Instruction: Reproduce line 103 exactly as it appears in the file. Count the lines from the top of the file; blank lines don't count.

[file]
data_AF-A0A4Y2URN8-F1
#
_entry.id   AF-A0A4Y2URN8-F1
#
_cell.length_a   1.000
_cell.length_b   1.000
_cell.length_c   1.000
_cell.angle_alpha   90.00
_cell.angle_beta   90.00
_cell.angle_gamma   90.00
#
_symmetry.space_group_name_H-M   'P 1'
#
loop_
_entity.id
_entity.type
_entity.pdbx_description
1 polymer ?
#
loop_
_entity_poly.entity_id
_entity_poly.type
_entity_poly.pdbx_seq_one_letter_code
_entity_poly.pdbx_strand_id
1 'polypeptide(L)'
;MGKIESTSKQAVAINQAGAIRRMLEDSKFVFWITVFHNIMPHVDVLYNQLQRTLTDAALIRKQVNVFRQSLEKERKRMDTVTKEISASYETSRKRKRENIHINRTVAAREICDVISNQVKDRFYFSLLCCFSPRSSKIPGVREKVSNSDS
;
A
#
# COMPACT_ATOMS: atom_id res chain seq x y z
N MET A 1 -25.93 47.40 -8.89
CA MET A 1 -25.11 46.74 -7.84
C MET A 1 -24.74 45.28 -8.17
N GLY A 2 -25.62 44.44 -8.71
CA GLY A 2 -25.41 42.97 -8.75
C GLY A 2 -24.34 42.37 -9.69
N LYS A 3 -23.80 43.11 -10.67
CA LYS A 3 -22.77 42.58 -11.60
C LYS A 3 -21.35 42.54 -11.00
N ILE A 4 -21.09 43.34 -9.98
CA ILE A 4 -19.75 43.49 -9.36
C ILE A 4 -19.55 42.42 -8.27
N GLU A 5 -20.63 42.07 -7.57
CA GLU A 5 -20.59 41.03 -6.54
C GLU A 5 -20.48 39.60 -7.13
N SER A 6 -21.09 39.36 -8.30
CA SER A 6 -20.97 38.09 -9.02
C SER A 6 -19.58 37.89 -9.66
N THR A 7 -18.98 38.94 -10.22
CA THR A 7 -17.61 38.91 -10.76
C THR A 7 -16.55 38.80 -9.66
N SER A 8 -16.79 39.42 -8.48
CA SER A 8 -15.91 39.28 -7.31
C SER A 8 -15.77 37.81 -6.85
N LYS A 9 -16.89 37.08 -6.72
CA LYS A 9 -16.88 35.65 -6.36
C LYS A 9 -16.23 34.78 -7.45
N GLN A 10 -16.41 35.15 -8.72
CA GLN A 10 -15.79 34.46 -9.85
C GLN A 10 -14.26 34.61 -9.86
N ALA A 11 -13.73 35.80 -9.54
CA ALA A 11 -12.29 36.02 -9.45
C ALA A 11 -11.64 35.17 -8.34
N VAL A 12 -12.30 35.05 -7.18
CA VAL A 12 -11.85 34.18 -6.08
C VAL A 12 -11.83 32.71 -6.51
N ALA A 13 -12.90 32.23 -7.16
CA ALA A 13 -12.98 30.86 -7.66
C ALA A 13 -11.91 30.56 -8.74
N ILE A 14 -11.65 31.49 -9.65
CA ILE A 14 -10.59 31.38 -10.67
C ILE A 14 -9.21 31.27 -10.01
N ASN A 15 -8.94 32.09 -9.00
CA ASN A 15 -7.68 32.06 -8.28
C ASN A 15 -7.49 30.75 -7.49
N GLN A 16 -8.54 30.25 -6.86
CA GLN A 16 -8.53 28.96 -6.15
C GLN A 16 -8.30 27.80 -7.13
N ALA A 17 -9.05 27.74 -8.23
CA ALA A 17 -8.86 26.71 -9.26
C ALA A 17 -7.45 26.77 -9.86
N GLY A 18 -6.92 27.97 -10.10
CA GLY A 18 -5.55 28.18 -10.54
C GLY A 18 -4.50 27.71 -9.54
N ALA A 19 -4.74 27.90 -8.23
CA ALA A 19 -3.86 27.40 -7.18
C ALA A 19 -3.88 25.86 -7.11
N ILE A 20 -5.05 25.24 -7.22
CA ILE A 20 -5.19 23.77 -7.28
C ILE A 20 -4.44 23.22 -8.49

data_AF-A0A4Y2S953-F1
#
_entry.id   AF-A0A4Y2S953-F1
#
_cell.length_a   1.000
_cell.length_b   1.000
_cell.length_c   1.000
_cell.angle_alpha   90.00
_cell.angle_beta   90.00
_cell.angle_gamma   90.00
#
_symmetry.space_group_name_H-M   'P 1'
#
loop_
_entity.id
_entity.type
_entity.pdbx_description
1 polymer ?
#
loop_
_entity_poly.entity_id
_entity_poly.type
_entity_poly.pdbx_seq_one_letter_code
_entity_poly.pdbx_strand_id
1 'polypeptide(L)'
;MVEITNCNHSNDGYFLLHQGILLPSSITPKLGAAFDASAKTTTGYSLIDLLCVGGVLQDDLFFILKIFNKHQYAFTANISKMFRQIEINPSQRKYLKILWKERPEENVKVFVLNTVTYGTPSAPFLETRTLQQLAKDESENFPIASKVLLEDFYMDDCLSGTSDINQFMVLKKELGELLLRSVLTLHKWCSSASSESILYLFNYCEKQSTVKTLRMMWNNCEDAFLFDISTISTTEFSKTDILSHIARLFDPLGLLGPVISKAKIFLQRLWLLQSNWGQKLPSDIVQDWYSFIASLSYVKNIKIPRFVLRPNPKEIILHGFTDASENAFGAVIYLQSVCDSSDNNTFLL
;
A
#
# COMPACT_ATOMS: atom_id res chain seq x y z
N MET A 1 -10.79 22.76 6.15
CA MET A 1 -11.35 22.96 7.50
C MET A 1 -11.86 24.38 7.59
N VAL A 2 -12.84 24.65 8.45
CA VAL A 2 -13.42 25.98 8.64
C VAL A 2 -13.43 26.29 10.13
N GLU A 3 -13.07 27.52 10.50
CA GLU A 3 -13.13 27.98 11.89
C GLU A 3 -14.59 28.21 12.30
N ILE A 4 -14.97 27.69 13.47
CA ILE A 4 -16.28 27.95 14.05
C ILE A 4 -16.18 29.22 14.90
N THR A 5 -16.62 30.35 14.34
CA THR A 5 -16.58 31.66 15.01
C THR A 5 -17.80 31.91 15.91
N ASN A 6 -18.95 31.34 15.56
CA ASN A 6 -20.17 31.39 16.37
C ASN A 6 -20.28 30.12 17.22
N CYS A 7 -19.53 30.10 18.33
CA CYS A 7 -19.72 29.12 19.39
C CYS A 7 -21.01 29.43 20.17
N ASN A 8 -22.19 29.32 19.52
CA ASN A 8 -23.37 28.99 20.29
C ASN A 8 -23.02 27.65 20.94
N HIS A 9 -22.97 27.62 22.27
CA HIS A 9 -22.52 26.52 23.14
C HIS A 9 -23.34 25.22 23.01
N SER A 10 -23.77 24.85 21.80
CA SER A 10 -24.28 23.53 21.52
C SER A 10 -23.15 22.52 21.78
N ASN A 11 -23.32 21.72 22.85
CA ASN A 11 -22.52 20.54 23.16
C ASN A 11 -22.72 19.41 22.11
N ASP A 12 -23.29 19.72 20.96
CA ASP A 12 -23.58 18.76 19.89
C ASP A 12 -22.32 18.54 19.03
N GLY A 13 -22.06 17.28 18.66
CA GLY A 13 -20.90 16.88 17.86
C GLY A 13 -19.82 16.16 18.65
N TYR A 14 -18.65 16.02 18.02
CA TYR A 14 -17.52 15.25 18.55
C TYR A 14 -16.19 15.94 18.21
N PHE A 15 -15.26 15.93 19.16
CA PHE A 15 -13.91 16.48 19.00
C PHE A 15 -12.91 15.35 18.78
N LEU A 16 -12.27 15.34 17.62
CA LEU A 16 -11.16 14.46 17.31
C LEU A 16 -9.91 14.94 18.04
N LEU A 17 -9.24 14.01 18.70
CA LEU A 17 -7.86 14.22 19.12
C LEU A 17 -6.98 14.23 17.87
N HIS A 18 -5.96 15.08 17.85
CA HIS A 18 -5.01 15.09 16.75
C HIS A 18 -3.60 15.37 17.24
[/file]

#